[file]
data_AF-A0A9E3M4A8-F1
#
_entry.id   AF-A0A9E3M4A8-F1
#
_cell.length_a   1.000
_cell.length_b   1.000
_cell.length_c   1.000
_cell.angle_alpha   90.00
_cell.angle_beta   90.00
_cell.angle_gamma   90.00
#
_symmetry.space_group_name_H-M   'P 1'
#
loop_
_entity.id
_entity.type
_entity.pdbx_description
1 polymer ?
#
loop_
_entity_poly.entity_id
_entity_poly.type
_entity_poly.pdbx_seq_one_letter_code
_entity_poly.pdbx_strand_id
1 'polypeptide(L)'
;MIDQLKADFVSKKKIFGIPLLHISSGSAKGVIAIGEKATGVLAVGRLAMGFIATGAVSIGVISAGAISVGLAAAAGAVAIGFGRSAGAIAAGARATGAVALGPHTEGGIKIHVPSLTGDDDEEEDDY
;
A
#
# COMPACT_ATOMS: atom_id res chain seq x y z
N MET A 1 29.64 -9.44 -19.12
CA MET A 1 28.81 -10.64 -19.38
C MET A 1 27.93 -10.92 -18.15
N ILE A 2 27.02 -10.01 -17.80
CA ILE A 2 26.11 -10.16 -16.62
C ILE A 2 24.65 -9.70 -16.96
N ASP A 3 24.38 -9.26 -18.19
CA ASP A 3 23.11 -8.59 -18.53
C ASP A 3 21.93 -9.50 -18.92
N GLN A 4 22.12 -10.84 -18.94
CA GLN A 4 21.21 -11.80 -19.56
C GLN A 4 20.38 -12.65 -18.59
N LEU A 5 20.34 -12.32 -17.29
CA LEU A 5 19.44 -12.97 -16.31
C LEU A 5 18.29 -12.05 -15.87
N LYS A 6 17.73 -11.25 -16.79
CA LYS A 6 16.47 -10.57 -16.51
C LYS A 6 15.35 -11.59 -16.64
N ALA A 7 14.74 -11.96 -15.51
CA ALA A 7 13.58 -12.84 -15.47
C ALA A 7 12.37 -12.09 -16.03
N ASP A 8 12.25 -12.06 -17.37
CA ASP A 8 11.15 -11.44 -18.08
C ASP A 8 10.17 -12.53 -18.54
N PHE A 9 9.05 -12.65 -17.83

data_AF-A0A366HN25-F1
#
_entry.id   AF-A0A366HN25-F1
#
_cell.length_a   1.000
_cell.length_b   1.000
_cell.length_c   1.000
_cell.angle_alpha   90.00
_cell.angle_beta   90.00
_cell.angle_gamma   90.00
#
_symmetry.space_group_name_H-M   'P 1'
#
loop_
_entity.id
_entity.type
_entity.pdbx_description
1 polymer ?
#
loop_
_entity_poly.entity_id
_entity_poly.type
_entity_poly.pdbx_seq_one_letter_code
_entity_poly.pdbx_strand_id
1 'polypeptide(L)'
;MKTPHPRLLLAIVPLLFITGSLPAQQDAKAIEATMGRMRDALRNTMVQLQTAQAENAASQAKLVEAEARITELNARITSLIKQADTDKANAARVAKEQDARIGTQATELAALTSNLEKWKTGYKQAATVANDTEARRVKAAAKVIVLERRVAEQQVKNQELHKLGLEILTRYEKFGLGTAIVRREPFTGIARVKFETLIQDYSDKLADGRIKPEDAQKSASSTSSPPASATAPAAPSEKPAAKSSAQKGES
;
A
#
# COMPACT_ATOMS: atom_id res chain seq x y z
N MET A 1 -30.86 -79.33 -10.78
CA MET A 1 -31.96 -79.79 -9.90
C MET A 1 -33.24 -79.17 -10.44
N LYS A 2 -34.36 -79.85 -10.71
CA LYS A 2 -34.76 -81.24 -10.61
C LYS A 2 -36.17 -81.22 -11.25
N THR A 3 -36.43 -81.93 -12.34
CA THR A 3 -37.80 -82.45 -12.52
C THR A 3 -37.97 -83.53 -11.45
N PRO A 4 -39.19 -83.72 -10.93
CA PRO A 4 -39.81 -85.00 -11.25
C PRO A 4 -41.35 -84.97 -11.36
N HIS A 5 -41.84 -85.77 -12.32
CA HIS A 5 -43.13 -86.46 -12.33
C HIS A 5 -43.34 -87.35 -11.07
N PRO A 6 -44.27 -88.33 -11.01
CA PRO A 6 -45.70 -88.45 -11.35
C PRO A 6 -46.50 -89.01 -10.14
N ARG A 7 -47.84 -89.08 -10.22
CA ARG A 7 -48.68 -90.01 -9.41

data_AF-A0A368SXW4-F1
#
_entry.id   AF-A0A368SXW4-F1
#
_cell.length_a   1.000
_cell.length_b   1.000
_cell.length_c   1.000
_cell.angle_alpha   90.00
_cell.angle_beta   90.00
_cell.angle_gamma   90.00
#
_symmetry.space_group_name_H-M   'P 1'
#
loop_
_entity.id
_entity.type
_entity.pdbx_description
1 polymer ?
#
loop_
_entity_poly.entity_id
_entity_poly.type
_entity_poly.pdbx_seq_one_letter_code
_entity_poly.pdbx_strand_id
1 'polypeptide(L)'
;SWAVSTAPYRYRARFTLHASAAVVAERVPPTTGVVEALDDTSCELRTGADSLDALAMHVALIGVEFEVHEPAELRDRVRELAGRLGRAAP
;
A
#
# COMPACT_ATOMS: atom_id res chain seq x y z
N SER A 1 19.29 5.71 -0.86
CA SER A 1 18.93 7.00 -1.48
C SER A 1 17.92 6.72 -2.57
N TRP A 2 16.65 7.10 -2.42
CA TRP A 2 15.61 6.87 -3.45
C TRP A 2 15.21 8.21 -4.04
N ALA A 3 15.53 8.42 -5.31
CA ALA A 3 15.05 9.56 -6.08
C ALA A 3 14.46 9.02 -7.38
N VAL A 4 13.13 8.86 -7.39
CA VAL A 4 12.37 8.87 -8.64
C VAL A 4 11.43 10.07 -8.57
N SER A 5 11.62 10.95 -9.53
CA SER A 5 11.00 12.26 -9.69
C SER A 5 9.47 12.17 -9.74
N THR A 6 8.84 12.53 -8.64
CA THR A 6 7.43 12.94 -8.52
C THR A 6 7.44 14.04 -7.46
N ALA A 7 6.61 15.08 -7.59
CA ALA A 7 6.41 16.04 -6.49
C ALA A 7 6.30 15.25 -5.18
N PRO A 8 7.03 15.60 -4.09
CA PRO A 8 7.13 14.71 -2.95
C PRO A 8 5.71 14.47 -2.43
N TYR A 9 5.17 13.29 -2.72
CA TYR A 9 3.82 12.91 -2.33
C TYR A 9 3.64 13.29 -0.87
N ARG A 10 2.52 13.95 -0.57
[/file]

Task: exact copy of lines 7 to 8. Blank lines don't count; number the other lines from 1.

_cell.length_c   1.000
_cell.angle_alpha   90.00